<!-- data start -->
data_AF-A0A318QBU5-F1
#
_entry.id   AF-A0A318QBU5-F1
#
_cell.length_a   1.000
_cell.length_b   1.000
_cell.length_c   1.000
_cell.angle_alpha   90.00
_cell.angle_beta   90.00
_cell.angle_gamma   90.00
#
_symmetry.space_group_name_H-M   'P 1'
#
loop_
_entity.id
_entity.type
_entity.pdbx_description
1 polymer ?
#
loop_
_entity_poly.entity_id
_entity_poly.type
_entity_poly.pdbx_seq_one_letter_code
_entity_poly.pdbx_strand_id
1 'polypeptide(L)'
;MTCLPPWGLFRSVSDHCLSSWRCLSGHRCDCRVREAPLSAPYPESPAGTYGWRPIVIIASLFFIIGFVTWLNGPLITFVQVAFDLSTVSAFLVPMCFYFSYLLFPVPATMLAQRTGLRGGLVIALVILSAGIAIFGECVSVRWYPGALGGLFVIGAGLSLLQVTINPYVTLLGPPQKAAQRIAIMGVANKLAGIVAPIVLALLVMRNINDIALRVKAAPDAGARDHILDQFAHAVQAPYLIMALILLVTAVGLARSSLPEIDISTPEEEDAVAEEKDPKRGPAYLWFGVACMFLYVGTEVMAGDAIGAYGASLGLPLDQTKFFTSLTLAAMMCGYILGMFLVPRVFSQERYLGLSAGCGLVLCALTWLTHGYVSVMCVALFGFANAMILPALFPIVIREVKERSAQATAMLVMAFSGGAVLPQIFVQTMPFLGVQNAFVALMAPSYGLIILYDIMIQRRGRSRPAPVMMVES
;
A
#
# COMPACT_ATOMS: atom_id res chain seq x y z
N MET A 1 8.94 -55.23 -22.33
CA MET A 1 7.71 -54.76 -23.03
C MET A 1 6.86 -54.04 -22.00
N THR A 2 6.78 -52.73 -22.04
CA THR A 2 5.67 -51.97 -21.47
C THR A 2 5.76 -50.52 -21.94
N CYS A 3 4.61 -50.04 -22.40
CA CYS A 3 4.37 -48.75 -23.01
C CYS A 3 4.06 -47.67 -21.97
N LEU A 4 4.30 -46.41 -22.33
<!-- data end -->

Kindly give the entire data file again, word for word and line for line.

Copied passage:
data_AF-A0A318QBU5-F1
#
_entry.id   AF-A0A318QBU5-F1
#
_cell.length_a   1.000
_cell.length_b   1.000
_cell.length_c   1.000
_cell.angle_alpha   90.00
_cell.angle_beta   90.00
_cell.angle_gamma   90.00
#
_symmetry.space_group_name_H-M   'P 1'
#
loop_
_entity.id
_entity.type
_entity.pdbx_description
1 polymer ?
#
loop_
_entity_poly.entity_id
_entity_poly.type
_entity_poly.pdbx_seq_one_letter_code
_entity_poly.pdbx_strand_id
1 'polypeptide(L)'
;MTCLPPWGLFRSVSDHCLSSWRCLSGHRCDCRVREAPLSAPYPESPAGTYGWRPIVIIASLFFIIGFVTWLNGPLITFVQVAFDLSTVSAFLVPMCFYFSYLLFPVPATMLAQRTGLRGGLVIALVILSAGIAIFGECVSVRWYPGALGGLFVIGAGLSLLQVTINPYVTLLGPPQKAAQRIAIMGVANKLAGIVAPIVLALLVMRNINDIALRVKAAPDAGARDHILDQFAHAVQAPYLIMALILLVTAVGLARSSLPEIDISTPEEEDAVAEEKDPKRGPAYLWFGVACMFLYVGTEVMAGDAIGAYGASLGLPLDQTKFFTSLTLAAMMCGYILGMFLVPRVFSQERYLGLSAGCGLVLCALTWLTHGYVSVMCVALFGFANAMILPALFPIVIREVKERSAQATAMLVMAFSGGAVLPQIFVQTMPFLGVQNAFVALMAPSYGLIILYDIMIQRRGRSRPAPVMMVES
;
A
#
# COMPACT_ATOMS: atom_id res chain seq x y z
N MET A 1 8.94 -55.23 -22.33
CA MET A 1 7.71 -54.76 -23.03
C MET A 1 6.86 -54.04 -22.00
N THR A 2 6.78 -52.73 -22.04
CA THR A 2 5.67 -51.97 -21.47
C THR A 2 5.76 -50.52 -21.94
N CYS A 3 4.61 -50.04 -22.40
CA CYS A 3 4.37 -48.75 -23.01
C CYS A 3 4.06 -47.67 -21.97
N LEU A 4 4.30 -46.41 -22.33